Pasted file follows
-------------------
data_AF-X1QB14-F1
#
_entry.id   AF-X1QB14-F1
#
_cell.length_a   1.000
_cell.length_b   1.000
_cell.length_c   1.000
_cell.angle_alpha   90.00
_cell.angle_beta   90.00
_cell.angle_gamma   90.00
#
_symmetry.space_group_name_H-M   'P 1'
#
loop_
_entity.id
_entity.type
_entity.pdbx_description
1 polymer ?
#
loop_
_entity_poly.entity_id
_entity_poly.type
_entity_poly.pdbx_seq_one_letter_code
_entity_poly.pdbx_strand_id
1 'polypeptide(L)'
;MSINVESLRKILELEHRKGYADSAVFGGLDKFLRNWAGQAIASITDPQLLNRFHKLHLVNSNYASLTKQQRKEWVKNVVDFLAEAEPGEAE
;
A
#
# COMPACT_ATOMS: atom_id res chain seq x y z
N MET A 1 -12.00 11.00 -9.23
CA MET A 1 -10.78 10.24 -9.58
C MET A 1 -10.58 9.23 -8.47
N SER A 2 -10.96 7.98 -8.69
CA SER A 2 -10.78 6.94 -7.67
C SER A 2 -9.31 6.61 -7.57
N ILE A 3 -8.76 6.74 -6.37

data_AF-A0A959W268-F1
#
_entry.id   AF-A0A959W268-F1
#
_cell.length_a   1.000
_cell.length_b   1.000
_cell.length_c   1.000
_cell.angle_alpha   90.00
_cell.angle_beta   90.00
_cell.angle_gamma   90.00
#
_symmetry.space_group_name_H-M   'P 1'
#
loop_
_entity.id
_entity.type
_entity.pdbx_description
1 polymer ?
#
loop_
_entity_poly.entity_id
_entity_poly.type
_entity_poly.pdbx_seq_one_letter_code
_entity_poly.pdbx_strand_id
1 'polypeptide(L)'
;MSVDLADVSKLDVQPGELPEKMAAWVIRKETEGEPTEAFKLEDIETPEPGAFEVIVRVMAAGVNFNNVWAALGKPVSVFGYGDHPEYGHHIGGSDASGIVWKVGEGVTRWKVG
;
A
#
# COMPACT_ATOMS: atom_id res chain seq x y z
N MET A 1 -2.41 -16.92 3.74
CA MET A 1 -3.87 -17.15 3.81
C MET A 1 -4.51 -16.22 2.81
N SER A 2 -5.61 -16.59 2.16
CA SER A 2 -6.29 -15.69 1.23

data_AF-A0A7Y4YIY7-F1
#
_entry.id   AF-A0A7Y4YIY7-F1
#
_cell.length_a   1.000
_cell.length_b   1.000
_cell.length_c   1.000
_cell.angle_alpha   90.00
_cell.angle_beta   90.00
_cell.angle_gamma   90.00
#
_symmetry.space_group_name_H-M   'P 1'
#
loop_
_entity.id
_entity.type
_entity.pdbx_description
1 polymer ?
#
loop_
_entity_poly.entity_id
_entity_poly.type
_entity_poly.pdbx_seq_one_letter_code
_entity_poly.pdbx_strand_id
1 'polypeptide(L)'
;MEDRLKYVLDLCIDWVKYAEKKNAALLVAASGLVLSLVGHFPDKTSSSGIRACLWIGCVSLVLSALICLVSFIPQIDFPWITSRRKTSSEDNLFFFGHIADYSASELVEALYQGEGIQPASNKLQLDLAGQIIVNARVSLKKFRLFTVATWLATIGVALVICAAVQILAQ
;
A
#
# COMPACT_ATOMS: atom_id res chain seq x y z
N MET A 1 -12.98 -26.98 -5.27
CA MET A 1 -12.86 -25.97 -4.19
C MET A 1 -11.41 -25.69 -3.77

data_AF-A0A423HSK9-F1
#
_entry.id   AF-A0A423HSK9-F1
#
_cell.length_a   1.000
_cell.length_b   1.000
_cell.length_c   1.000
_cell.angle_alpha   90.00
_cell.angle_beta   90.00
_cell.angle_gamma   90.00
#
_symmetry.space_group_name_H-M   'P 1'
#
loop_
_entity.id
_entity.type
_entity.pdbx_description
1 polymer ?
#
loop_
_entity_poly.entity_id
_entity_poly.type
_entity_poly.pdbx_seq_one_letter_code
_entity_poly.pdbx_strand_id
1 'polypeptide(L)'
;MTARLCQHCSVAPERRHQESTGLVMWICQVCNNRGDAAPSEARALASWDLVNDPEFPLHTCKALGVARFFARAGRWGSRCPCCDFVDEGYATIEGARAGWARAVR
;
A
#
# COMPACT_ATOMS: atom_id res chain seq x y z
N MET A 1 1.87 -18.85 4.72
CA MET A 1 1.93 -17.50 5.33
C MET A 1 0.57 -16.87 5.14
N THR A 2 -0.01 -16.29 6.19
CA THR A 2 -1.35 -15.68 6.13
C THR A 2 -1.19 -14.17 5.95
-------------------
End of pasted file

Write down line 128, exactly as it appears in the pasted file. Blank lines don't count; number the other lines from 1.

_entity_poly.pdbx_seq_one_letter_code